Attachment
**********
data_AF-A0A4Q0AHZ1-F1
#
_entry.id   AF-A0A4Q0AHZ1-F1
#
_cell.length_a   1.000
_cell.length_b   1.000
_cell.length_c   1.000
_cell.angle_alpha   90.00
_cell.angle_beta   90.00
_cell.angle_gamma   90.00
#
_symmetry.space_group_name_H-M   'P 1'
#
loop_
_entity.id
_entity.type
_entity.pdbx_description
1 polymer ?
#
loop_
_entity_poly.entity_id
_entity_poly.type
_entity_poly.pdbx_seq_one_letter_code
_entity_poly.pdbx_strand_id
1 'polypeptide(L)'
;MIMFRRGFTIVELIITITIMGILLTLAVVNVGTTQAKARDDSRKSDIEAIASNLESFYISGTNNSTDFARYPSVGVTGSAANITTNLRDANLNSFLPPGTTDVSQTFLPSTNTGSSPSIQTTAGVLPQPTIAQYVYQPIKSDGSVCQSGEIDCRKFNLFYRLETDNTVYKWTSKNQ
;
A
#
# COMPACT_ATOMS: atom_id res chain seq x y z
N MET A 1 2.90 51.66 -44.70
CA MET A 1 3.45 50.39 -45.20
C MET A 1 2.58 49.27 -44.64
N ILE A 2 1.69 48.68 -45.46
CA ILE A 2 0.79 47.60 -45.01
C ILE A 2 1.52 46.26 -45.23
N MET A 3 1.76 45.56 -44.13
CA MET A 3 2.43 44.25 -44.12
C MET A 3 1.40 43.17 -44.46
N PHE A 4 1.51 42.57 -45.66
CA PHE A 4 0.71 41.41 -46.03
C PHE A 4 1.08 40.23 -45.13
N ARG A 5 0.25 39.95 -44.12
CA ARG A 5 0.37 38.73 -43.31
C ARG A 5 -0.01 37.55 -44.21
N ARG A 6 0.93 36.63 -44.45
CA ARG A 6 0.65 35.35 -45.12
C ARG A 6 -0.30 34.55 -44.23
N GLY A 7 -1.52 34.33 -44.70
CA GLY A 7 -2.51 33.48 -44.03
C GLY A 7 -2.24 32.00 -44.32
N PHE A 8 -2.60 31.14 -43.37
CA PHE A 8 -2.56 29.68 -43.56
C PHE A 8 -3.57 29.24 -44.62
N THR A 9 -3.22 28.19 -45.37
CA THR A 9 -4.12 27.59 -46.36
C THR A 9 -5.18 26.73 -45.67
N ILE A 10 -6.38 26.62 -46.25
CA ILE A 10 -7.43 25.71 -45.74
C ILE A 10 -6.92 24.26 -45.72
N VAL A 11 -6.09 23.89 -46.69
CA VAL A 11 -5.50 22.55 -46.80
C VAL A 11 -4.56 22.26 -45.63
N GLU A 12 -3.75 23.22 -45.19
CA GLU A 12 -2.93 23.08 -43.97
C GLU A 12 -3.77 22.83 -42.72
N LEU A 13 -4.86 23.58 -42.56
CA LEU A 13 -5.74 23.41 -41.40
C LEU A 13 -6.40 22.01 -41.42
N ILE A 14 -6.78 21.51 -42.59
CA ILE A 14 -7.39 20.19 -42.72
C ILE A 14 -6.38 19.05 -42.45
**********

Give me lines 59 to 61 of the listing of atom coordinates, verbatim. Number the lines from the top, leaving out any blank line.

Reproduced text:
CA ILE A 10 -7.43 25.71 -45.74
C ILE A 10 -6.92 24.26 -45.72
N VAL A 11 -6.09 23.89 -46.69